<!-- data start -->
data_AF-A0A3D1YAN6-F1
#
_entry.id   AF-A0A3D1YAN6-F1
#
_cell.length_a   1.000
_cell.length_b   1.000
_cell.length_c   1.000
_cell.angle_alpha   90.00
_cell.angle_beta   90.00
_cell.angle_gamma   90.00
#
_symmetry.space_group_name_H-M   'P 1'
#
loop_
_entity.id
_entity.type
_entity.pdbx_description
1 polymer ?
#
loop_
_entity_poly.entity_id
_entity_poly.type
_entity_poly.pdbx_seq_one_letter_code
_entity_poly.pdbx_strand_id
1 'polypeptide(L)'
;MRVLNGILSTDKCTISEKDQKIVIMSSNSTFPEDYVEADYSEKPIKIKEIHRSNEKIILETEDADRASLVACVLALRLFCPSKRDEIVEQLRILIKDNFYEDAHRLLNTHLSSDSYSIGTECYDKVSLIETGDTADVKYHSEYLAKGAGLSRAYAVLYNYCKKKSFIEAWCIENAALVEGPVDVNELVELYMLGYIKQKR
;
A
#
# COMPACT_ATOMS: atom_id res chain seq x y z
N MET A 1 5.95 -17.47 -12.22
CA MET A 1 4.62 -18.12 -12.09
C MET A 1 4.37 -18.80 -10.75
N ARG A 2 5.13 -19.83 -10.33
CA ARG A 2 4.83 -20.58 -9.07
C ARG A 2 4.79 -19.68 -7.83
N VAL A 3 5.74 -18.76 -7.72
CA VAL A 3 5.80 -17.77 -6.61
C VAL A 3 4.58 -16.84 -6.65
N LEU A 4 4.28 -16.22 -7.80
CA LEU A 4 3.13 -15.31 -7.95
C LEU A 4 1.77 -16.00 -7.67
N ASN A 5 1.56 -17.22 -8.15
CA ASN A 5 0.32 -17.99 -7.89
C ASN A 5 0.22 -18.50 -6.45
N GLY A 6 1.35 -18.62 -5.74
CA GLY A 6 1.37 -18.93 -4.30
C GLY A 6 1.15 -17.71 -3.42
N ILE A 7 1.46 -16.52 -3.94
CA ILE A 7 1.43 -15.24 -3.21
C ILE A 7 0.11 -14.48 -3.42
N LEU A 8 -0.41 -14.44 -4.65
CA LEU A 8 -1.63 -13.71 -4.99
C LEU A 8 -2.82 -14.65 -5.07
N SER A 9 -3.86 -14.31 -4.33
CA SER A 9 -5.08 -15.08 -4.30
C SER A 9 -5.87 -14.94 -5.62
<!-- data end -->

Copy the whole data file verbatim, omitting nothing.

data_AF-A0A3D1YAN6-F1
#
_entry.id   AF-A0A3D1YAN6-F1
#
_cell.length_a   1.000
_cell.length_b   1.000
_cell.length_c   1.000
_cell.angle_alpha   90.00
_cell.angle_beta   90.00
_cell.angle_gamma   90.00
#
_symmetry.space_group_name_H-M   'P 1'
#
loop_
_entity.id
_entity.type
_entity.pdbx_description
1 polymer ?
#
loop_
_entity_poly.entity_id
_entity_poly.type
_entity_poly.pdbx_seq_one_letter_code
_entity_poly.pdbx_strand_id
1 'polypeptide(L)'
;MRVLNGILSTDKCTISEKDQKIVIMSSNSTFPEDYVEADYSEKPIKIKEIHRSNEKIILETEDADRASLVACVLALRLFCPSKRDEIVEQLRILIKDNFYEDAHRLLNTHLSSDSYSIGTECYDKVSLIETGDTADVKYHSEYLAKGAGLSRAYAVLYNYCKKKSFIEAWCIENAALVEGPVDVNELVELYMLGYIKQKR
;
A
#
# COMPACT_ATOMS: atom_id res chain seq x y z
N MET A 1 5.95 -17.47 -12.22
CA MET A 1 4.62 -18.12 -12.09
C MET A 1 4.37 -18.80 -10.75
N ARG A 2 5.13 -19.83 -10.33
CA ARG A 2 4.83 -20.58 -9.07
C ARG A 2 4.79 -19.68 -7.83
N VAL A 3 5.74 -18.76 -7.72
CA VAL A 3 5.80 -17.77 -6.61
C VAL A 3 4.58 -16.84 -6.65
N LEU A 4 4.28 -16.22 -7.80
CA LEU A 4 3.13 -15.31 -7.95
C LEU A 4 1.77 -16.00 -7.67
N ASN A 5 1.56 -17.22 -8.15
CA ASN A 5 0.32 -17.99 -7.89
C ASN A 5 0.22 -18.50 -6.45
N GLY A 6 1.35 -18.62 -5.74
CA GLY A 6 1.37 -18.93 -4.30
C GLY A 6 1.15 -17.71 -3.42
N ILE A 7 1.46 -16.52 -3.94
CA ILE A 7 1.43 -15.24 -3.21
C ILE A 7 0.11 -14.48 -3.42
N LEU A 8 -0.41 -14.44 -4.65
CA LEU A 8 -1.63 -13.71 -4.99
C LEU A 8 -2.82 -14.65 -5.07
N SER A 9 -3.86 -14.31 -4.33
CA SER A 9 -5.08 -15.08 -4.30
C SER A 9 -5.87 -14.94 -5.62